This is an excerpt from Homes for All, an in-depth look at current issues around affordable housing and the vast need for sustainable housing choices. Hope Community was one of three housing organizations profiled in this hour-long documentary. Co-produced with MN Housing Partnership.
Four arts and culture videos from public broadcasting partners were selected from around the nation and posted on the PBS art blog. Chaka M’kali of Hope Community was one of them. TPT’s Minnesota Original profiled M’kali’s murals, which he uses to tell stories that speak to the community, begin public discourse and inspire hope.
Feed the Roots is a two-year Hope Community Listening Project that involved more than 400 Phillips Community residents in dialogues about food, land, health, culture, and justice. This project continued Hope's tradition of community dialogues around powerful questions, lifting up community voices to guide Hope’s work with and for the community.
Hope has become known for our Community Listening which has involved over 1,500 people in community dialogues. Community Listening emphasizes the importance of relationships and partnerships and it allows us to translate voices into action and better harness the collective power of people for change.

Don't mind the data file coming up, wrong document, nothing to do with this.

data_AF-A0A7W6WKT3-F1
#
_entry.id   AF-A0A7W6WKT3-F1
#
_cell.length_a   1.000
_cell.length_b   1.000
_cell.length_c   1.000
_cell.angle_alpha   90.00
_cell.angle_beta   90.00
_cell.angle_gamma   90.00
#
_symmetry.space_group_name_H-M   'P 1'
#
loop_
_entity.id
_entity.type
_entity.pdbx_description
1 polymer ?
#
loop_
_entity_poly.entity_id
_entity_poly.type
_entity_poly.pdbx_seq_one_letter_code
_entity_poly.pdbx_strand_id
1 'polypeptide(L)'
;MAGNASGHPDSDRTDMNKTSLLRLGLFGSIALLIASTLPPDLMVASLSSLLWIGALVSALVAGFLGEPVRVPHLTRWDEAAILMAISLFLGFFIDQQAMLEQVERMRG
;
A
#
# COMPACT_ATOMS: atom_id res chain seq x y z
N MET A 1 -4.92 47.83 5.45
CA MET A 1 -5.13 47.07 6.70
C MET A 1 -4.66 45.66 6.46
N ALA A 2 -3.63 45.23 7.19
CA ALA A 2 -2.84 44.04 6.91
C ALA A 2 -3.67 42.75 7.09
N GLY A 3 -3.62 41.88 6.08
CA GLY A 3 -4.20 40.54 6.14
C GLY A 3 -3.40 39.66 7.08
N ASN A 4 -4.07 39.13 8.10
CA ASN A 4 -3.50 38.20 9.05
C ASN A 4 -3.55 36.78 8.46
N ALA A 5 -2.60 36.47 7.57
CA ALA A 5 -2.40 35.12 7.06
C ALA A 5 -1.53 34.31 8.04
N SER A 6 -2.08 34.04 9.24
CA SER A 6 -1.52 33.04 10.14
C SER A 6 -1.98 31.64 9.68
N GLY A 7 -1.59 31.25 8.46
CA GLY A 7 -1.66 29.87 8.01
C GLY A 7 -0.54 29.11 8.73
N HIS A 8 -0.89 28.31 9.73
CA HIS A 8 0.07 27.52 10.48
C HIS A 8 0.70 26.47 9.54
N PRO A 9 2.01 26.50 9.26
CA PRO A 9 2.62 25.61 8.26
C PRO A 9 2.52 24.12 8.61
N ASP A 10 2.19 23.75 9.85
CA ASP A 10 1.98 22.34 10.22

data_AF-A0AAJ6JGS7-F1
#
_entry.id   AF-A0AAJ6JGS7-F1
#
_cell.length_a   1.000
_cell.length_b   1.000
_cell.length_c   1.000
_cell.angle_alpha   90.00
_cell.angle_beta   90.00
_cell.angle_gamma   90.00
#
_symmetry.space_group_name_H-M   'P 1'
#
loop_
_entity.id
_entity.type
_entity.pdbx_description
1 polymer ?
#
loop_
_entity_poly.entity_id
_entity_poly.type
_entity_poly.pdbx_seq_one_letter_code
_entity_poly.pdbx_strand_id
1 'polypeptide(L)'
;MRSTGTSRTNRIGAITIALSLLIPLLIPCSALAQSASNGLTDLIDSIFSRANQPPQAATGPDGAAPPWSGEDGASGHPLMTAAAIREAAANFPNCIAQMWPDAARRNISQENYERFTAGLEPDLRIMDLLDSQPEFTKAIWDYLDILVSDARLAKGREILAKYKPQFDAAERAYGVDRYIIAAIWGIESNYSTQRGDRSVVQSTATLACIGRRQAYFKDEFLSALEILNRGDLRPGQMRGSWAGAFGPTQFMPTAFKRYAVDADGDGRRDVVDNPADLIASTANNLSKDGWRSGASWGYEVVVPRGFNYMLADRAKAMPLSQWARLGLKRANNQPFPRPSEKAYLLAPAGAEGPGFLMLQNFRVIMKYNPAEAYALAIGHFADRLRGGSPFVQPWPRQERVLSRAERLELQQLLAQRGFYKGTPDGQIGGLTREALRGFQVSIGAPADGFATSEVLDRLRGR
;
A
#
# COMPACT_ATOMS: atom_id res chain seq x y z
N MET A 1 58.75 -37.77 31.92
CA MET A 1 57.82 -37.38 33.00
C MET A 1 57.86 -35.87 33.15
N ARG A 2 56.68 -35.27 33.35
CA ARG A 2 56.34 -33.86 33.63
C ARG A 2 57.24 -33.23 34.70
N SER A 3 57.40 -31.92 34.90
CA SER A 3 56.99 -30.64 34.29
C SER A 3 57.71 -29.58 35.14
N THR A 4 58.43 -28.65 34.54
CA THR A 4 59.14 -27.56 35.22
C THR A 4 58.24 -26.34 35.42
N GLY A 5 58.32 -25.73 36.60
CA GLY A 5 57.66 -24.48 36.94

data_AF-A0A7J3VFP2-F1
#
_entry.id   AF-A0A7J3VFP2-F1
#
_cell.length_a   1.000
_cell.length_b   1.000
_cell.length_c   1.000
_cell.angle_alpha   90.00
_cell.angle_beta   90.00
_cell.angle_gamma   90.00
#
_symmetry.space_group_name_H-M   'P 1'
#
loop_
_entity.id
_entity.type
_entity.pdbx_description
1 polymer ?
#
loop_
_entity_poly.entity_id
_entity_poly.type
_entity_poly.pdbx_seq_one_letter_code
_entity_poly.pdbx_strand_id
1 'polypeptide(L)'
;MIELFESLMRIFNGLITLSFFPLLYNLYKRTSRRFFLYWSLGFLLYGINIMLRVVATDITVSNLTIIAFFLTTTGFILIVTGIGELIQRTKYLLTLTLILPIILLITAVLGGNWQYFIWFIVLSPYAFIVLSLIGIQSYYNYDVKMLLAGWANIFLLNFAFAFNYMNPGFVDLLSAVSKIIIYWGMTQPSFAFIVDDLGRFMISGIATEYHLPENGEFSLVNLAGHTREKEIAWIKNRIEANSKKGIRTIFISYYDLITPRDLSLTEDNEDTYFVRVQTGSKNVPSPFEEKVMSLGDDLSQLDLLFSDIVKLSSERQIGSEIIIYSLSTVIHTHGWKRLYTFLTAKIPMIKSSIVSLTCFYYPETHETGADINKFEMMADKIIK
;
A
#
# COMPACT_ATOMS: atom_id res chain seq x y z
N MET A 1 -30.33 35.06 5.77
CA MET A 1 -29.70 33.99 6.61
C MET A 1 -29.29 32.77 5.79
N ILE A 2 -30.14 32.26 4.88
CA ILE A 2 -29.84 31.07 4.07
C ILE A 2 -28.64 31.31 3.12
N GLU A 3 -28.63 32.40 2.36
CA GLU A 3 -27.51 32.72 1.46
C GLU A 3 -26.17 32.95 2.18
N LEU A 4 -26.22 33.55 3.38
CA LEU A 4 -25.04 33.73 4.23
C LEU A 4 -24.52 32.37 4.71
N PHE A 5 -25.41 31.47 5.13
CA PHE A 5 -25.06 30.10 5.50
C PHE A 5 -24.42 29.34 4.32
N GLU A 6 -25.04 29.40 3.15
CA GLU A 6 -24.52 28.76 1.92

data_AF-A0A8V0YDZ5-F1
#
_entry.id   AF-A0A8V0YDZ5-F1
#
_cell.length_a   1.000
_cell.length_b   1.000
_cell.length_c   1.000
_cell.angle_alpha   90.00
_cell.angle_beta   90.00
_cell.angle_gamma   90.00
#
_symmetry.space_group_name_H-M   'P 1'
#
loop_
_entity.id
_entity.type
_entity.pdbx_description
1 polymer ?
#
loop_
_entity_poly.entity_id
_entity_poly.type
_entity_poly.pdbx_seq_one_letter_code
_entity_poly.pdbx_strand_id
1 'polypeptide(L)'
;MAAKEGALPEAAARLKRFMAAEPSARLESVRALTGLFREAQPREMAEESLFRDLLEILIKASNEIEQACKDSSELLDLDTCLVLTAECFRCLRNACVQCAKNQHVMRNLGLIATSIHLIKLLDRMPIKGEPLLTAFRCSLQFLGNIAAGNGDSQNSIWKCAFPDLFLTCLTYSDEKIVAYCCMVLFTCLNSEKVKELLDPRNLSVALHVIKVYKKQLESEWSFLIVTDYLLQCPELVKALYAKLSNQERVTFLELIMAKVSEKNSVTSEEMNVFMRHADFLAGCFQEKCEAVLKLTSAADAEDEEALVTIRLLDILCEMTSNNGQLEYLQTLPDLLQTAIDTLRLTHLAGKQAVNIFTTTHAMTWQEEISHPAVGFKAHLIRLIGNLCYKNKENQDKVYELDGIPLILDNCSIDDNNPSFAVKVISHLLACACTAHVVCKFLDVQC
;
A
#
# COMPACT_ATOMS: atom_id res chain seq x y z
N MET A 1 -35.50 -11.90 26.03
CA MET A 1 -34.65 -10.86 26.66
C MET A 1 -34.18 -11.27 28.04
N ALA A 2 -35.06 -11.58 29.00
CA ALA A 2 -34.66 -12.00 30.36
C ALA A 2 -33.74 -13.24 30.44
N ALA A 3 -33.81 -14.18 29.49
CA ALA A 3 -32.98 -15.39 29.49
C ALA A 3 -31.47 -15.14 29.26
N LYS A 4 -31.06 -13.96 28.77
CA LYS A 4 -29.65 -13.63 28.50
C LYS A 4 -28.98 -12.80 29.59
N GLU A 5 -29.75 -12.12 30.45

Hope youth leaders ventured into the community surrounding Hope in search of organizations and institutions that played vital roles in young people’s daily lives. They went to churches, schools, parks, shelter, and libraries. They talked to program coordinators, teachers and students. Through their work and commitment, SPEAC leaders brought small groups of youth together to dialogue about their dreams, challenges and fears.
In about 30 dialogues, over 300 people – youth, adults, elders, people from diverse culture traditions – discussed the meanings, pride and struggles they experience in their communities and neighborhoods.
Hope Community, DJR Architecture and Grebner Associates
March 26, 1999
The Children’s Village vision was an “agitational vision” that was needed to jolt public officials and others with power and resources out of their negative assumptions about Hope’s neighborhood and its residents. The vision for more than 16 square blocks included six-foot-high drawings showing a revitalized neighborhood with infill housing. The vision succeeded in changing perceptions about this part of the Phillips neighborhood and lead to the multi-phased Franklin Portland Gateway development project.
“This is the community I love. The entrepreneur training was fantastic… As a matter of fact, I’m going into a new venture because of Hope. It’s opened up a new path for me.”